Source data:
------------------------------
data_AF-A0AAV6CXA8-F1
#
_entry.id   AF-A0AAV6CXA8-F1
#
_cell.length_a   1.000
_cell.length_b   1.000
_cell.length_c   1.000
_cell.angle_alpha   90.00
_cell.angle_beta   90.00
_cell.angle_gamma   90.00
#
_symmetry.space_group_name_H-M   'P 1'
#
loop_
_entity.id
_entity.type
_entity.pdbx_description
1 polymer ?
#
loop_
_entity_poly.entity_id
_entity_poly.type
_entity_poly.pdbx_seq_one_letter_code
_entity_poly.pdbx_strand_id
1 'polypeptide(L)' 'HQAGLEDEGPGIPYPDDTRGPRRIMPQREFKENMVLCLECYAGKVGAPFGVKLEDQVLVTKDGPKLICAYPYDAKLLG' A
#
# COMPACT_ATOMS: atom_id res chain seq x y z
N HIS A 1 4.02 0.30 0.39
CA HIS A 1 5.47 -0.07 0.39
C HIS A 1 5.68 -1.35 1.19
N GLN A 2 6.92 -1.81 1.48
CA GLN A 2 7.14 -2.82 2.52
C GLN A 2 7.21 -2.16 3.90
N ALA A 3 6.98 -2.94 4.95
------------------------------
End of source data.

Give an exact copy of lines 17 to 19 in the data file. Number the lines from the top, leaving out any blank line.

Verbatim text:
_entity.pdbx_description
1 polymer ?
#